Converged Networks of the Future
Krishan Sabnani, Bell Labs, Holmdel, NJ 07733
It is widely accepted that services offered over circuit switched networks and packet-switched networks will converge onto a few multi-service networks supported by an IP/MPLS core. These converged networks will transport voice, video, and best-effort data, and their blended combinations. Figure 1 shows such a converged network. End-users will connect to the network through a variety of access networks via specialized access boxes. In most cases these access boxes perform all processing specific to the access technology and provide a common data stream to the IP/MPLS core network. The benefits of such a converged network are great: reduced operational and capital expenses (opex and capex, respectively), access to a common, consistent set of services regardless of access technology and location, and basic services, such as security and location services, provided across networks. Many challenges remain to realize this vision. Below we provide a sampling of projects that address challenges in the access network, core transport network, and core services control.
Access Network. The main challenge for access networks is to fully terminate access functions specific to the access technology in the access box. By doing this, a single common core network can be used to provide homogeneous end-to-end solutions for routing, quality of service, security, etc. While many access technologies are straight-forward in this respect, current wireless cellular third generation (3G) networks are not.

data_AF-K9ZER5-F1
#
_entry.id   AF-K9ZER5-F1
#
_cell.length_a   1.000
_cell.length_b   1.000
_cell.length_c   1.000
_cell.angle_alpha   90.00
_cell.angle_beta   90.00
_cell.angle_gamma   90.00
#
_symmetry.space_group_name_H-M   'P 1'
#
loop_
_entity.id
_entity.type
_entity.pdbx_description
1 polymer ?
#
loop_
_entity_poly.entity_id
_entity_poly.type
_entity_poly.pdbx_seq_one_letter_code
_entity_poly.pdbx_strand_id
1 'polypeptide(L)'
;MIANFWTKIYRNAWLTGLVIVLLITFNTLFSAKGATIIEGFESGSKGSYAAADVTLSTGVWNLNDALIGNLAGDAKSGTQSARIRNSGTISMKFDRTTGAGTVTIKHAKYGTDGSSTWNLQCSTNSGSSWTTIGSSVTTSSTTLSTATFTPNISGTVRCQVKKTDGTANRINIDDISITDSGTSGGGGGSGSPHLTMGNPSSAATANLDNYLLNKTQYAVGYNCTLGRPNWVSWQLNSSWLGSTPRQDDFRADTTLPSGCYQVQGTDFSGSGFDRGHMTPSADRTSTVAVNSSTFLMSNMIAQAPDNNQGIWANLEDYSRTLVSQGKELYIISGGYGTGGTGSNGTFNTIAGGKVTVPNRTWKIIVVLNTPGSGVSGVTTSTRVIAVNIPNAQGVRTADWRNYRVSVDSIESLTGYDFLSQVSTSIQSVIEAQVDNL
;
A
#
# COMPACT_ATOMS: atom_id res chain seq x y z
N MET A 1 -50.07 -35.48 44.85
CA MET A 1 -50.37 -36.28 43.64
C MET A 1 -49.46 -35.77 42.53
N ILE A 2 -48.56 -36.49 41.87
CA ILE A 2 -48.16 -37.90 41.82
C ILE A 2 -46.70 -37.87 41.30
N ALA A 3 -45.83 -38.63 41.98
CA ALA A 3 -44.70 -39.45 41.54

In these networks, users are connected to the backbone network through complex radio access networks (RANs) comprised of base stations, backhaul concentrators, radio network controllers, and finally gateway boxes that convert access protocols into the backbone network format, i.e., IP packets or voice frames for the PSTN. The access network functions are spread amongst these boxes, and access technology-specific functions propagate all the way into the gateway boxes (PDSNs for CDMA2000 networks and SGSNs for UMTS networks) which connect to the core IP/MPLS.
We are currently performing research to replace these complex RANs with simple access boxes called base station routers (Figure 2) (BSR). These BSRs terminate all air interface specific functions and provide mobility support at the network layer. An analogy can be drawn between these networks and simple 802.11 networks: management is simple, a variety of backhaul layer 2 technologies can be used (e.g., Ethernet, T1, SONET), and end-to-end protocols can naturally terminate at the network edge improving network efficiency. This approach specifically:
- Reduces end-to-end latency leading to enhanced support for consumer and business applications (for example gaming or remote access to applications such as MS Office). The reduction in network delay allows the admission of higher loads while still maintaining delays low enough to support real-time services. For a VoIP system, up to 30% more voice users may be supported.
- Reduces CapEx by approximately 30% through lower equipment costs, savings in site deployment, and network integration compared to a traditional UMTS network roll-out.
- Reduces OpEx by simplifying network management and easing the adoption of alternative backhaul technologies, for example Ethernet or xDSL. Backhaul savings of up to 75% can be achieved using alternative packet-based backhaul versus tradition transmission lines.